Despite my arguing, my husband bought a 1/2 lb chunk of Irish butter.
What's the different between Irish butter and plain old ordinary salted butter from the US?
PS He shouldn't be eating either one, but I can't argue with him.
I believe it has a higher butterfat content and the higher the better for most things. I splurge on Plugra butter which is a European style butter made here in the US.
Heartburn forced me to give up butter on sandwiches, toast, anything. And hate mayo in a cold roast beef sandwich!
A discussion here about different butter-making processes convinced me to try Irish butter. Happy Days are here. No heartburn!!
If someone is not suffering as I was, and cannot detect a flavor difference, I wouldn't pay the extra.
I have a friend who "likes butter". One time he gathered about 5 kinds of butter...no maybe 6. There was Kerrygold, Pelugra, another French brand, the butter from the Amish market and plain ole supermarket butter. We rated the odd and expensive French brand best.....with the Amish brand a very close second.
Yes....there is a huge difference in butters. You won't notice it for things like sauteeing onions but for a spread on fresh French bread, expensive is lots better.
Ditto Linda! Us too. We love the french butter too much! LOL! I find that Land O Lakes supermarket butter compared to French or Irish butter is a hands down winner.
So Linda, was the Pelugra the odd and expensive French brand, or was it the other one that you didn't give a name for? (I get confused easily sometimes.)
Plugra (not Pelugra) is made by Keller's Creamery right here in the US. It is not a French butter. Plugra is 82% butterfat versus the 80% of many other brands. So, it has a bit less water. It's great stuff for flakey pastries and also for sauces. I used to use it quite a bit but we switched to organic dairy a few years back & Plugra's not organic. :(
No the un named French brand ( I forget the name) tasted best.
About 25 years ago I lived for a few months in Haiti. Couldn't get any fresh milk or many other items I was used to, but butter from Normandy was available. (I suppose it was because there was a weekly round trip flight from Port-au-Prince to Paris, and the market could import it just as easily from France as it could from any other country.) It was exquisite.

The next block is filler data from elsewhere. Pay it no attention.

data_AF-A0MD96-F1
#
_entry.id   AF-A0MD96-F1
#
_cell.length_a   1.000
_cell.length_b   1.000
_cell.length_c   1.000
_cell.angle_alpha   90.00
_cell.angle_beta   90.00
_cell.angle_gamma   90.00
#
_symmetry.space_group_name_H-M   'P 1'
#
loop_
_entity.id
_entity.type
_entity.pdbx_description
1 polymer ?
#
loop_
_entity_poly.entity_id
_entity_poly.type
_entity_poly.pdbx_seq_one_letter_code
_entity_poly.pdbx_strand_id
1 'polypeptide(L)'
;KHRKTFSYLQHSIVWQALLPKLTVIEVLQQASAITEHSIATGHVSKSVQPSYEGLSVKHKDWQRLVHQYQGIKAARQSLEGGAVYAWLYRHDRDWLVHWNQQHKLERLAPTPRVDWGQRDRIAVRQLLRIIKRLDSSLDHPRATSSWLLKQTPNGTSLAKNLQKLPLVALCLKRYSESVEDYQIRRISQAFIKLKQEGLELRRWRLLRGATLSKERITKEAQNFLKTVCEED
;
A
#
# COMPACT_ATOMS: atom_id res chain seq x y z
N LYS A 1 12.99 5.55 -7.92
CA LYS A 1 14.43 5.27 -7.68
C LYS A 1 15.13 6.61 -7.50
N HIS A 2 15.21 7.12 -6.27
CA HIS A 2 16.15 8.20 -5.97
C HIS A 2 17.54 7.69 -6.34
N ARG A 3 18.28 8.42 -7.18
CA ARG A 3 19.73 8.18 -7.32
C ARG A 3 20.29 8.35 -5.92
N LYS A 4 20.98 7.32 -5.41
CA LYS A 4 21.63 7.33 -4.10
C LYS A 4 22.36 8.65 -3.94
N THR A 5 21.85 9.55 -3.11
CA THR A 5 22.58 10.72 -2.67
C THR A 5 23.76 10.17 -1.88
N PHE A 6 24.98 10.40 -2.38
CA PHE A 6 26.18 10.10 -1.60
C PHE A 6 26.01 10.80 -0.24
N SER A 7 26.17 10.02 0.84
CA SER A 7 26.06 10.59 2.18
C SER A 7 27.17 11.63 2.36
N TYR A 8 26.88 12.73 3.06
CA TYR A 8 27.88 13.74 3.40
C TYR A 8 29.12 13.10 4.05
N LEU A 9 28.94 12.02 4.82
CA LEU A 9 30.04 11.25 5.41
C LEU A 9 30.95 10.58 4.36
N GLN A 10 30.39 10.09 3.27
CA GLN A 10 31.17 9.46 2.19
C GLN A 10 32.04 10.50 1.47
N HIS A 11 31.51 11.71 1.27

According to Wikipedia, in Europe they make butter from cream that is pasteurized then fermented with special lactobacilli; in the US, butter is made from pasteurized non-fermented butter. That probably accounts for some of the difference in flavor.
Here is a link that might be useful: butter
Try making your own!
Here is a link that might be useful: make your own!
The American equivalent is probably sour cream butter instead of the typical store butter which is made from sweet cream.
In the old days the milk and cream was simply left to sour a bit before it was churned.
It has a very rich and complex taste that store butter just doesn't have.
I gather, from what you all are saying, is that it should be used for buttering bread, rather than used in baking - correct? If it has a slightly different butterfat ratio and different taste, it could change the cookie recipe, right?
Thanks, Tricia and Linda, I had forgotten I asked a question on this thread.
I don't know the answer to your question, Donna, but Tricia pointed out that the higher fat content in the Plugra made for flakey pastries and better sauces. I don't know what it would do to cookies, but I'd guess it'd make them better. I've been told that the Kerrygold is great for slathering on toast because it tastes so good you want to taste it.
I'm new here and wanted to get my feet wet. I love Plugra butter. The name comes from the french plus gras, meaning more fat. More fat always tasts good:-)